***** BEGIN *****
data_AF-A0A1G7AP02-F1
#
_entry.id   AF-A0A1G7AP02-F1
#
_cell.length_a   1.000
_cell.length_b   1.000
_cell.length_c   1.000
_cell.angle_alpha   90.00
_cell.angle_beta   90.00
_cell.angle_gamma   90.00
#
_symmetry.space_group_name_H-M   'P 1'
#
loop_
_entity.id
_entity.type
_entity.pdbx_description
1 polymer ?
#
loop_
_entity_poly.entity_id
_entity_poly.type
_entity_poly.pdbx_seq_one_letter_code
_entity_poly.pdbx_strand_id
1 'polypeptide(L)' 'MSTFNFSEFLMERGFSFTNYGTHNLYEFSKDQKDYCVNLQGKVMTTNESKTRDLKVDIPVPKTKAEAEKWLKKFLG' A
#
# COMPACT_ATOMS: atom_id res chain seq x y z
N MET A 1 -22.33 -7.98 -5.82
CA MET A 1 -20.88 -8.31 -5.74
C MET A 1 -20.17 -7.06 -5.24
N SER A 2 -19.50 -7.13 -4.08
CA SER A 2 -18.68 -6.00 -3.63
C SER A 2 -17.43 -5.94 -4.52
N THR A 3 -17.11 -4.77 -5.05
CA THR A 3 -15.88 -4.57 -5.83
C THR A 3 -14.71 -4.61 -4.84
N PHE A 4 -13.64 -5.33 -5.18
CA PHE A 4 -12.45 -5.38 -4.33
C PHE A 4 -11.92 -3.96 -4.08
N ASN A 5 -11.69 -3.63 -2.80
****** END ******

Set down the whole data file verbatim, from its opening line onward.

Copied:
data_AF-A0A1G7AP02-F1
#
_entry.id   AF-A0A1G7AP02-F1
#
_cell.length_a   1.000
_cell.length_b   1.000
_cell.length_c   1.000
_cell.angle_alpha   90.00
_cell.angle_beta   90.00
_cell.angle_gamma   90.00
#
_symmetry.space_group_name_H-M   'P 1'
#
loop_
_entity.id
_entity.type
_entity.pdbx_description
1 polymer ?
#
loop_
_entity_poly.entity_id
_entity_poly.type
_entity_poly.pdbx_seq_one_letter_code
_entity_poly.pdbx_strand_id
1 'polypeptide(L)' 'MSTFNFSEFLMERGFSFTNYGTHNLYEFSKDQKDYCVNLQGKVMTTNESKTRDLKVDIPVPKTKAEAEKWLKKFLG' A
#
# COMPACT_ATOMS: atom_id res chain seq x y z
N MET A 1 -22.33 -7.98 -5.82
CA MET A 1 -20.88 -8.31 -5.74
C MET A 1 -20.17 -7.06 -5.24
N SER A 2 -19.50 -7.13 -4.08
CA SER A 2 -18.68 -6.00 -3.63
C SER A 2 -17.43 -5.94 -4.52
N THR A 3 -17.11 -4.77 -5.05
CA THR A 3 -15.88 -4.57 -5.83
C THR A 3 -14.71 -4.61 -4.84
N PHE A 4 -13.64 -5.33 -5.18
CA PHE A 4 -12.45 -5.38 -4.33
C PHE A 4 -11.92 -3.96 -4.08
N ASN A 5 -11.69 -3.63 -2.80